Albert Einstein and I have a lot in common.

He was rubbish at maths. Seriously, it’s true. He failed his maths exams multiple times. I am also rubbish at maths.

He was not great at communicating. He didn’t speak at all until he was five and not well until he was seven. I often loitered at the edge of the playground as a child, not knowing how to communicate with the other kids.

Albert Einstein was recognised as a towering genius. This is where we differ. I am not yet recognised. I also have partial, undiagnosed dyslexia, which is the worst kind, because no one believes you have it.

I imagine Einstein probably had rubbish handwriting. I certainly do. I’m nervous about writing in the school message book because I often completely forget how to write halfway through a sentence.

I struggle to write a message about my daughter not getting on with some other pupils. She, I suspect, isn’t always quite sure how to communicate with her classmates. It’s terrible to know that your kids are having negative experiences, perhaps because of traits that you have passed on to them, but overcoming our limitations is what defines us.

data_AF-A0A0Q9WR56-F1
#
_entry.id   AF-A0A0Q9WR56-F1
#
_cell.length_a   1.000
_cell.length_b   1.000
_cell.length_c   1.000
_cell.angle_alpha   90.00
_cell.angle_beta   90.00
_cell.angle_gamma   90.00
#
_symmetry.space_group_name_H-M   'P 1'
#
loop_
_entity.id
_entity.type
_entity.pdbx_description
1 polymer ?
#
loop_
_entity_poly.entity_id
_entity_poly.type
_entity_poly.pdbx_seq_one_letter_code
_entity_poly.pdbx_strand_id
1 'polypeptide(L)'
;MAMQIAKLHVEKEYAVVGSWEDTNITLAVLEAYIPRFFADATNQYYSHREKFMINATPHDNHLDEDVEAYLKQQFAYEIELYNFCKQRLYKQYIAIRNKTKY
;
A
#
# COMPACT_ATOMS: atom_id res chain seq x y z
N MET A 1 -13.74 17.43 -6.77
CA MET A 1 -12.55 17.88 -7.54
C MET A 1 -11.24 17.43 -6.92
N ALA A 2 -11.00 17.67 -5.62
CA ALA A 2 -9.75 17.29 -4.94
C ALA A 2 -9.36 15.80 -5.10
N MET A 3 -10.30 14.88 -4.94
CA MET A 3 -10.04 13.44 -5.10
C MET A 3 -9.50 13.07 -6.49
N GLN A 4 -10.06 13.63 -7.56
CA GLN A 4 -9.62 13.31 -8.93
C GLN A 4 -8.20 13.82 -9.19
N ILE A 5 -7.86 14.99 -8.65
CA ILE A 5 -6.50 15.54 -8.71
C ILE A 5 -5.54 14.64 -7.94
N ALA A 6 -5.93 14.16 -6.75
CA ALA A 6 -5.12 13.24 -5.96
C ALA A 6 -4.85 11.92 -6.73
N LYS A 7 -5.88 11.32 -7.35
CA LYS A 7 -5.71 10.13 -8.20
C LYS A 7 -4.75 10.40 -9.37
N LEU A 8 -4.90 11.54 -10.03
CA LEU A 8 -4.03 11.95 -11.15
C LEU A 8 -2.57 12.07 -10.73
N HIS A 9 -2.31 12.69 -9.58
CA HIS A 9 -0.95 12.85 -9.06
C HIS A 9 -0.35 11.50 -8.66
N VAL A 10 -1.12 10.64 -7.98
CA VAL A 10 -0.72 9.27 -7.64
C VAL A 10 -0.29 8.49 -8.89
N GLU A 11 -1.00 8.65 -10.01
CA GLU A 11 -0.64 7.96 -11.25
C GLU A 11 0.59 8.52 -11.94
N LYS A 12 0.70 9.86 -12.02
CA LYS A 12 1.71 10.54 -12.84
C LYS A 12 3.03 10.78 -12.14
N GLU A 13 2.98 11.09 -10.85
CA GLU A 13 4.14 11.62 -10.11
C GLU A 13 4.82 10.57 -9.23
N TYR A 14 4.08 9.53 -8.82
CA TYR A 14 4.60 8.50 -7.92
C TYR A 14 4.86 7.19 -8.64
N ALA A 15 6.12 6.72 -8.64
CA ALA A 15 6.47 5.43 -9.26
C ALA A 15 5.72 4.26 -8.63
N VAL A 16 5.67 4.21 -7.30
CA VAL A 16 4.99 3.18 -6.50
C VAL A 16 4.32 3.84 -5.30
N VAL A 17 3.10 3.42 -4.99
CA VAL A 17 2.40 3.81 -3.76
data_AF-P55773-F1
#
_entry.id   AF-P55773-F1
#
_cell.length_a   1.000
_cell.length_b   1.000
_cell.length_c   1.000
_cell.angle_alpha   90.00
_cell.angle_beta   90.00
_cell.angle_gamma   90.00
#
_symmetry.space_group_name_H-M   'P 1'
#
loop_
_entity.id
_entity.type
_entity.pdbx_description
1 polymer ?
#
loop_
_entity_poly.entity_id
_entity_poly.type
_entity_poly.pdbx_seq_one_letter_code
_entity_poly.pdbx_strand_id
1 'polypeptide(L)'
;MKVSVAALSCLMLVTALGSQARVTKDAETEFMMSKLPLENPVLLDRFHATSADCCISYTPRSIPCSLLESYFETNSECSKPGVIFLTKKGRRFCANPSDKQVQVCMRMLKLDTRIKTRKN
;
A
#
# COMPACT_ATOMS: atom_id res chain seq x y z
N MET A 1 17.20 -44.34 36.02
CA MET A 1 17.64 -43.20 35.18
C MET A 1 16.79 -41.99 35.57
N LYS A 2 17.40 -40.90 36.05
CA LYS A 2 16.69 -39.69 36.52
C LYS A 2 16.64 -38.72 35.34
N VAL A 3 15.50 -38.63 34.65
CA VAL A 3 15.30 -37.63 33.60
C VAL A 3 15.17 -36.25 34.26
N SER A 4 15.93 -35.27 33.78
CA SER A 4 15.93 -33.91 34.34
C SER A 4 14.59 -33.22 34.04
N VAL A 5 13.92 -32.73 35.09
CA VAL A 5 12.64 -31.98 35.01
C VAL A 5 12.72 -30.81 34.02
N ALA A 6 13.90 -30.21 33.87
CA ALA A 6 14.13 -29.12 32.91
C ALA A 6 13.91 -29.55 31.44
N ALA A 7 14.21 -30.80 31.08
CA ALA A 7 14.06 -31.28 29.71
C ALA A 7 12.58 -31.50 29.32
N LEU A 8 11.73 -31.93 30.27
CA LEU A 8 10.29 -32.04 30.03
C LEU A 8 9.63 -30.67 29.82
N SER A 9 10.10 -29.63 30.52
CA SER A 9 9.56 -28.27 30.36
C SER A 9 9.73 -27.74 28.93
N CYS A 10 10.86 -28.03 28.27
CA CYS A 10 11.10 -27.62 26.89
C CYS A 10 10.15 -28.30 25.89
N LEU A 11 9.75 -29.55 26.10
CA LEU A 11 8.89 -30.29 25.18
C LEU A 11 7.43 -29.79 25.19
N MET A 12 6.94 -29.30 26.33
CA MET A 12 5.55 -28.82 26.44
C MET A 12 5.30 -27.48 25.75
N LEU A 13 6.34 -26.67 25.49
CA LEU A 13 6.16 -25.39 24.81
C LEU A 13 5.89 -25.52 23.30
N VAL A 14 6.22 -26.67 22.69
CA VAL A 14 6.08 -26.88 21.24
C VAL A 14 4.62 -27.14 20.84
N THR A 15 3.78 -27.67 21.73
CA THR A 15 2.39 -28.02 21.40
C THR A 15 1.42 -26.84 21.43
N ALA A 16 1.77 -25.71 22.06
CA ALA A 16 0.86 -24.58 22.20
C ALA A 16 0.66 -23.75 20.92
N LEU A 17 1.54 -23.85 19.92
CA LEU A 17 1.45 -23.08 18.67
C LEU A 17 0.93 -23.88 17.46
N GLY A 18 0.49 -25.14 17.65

After school my daughter is a bit fed up. Her big brother mysteriously disappears, then returns with a card in an envelope which he gives to his sister, before disappearing again.

He’s obviously written her a card to cheer her up. This, I reflect, welling up, is a more important skill than writing or maths. Kindness is the most important skill of all.

We can’t read the card. It’s a baffling scrawl. We have to call him back to read it for us. He frowns at it for a while then recalls the message from memory.

It is beautiful.